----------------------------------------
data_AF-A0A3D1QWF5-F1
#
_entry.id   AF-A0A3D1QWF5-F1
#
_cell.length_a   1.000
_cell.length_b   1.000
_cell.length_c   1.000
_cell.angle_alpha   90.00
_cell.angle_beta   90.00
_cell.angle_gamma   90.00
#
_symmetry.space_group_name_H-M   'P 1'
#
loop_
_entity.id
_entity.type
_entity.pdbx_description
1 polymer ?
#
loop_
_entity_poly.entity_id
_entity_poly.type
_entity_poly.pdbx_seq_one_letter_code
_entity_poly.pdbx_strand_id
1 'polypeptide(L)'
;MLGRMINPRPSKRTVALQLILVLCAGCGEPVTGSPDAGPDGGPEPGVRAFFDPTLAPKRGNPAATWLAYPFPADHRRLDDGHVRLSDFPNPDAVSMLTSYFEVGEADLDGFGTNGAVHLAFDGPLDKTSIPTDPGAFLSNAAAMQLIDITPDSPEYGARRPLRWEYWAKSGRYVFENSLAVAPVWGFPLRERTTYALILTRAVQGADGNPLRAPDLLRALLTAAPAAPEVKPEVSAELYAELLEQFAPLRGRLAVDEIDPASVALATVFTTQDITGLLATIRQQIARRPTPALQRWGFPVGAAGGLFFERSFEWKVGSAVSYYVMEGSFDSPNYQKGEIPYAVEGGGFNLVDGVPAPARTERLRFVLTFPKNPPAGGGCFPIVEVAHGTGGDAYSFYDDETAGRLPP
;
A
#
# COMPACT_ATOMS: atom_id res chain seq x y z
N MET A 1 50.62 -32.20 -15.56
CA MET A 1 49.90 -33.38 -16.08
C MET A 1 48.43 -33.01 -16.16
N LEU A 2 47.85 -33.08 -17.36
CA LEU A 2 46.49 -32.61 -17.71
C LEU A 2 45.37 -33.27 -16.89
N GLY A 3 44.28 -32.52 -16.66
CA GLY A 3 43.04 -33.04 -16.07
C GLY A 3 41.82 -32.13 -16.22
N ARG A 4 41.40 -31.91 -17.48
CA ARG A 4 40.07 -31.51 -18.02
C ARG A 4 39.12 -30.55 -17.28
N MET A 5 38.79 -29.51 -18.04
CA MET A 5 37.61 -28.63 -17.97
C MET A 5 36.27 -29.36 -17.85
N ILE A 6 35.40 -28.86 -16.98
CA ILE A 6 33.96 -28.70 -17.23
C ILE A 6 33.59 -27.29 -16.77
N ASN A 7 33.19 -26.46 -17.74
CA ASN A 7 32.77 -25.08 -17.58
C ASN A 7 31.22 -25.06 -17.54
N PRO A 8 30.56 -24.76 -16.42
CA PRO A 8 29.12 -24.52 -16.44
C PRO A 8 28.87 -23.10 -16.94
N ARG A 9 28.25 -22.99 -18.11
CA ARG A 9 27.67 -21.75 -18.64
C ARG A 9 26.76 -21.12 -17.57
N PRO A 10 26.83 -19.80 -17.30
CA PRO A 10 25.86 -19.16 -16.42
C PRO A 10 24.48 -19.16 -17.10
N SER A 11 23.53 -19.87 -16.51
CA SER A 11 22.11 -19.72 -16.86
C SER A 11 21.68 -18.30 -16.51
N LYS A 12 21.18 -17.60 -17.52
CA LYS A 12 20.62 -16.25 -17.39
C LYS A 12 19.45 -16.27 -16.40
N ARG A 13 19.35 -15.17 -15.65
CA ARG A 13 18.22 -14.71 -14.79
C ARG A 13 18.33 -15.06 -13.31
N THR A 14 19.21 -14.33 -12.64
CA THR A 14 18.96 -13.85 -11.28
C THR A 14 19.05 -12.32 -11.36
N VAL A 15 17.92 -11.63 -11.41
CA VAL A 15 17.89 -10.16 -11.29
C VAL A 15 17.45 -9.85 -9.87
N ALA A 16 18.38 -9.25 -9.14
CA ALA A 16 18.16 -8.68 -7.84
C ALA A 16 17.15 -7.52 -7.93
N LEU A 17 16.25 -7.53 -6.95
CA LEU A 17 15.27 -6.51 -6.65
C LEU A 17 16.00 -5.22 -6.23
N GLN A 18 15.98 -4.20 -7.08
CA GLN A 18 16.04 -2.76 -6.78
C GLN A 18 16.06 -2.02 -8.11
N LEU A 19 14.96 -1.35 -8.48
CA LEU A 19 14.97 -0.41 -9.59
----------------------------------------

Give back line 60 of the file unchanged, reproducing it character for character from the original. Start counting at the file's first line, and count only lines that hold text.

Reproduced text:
C PRO A 10 24.48 -19.16 -17.10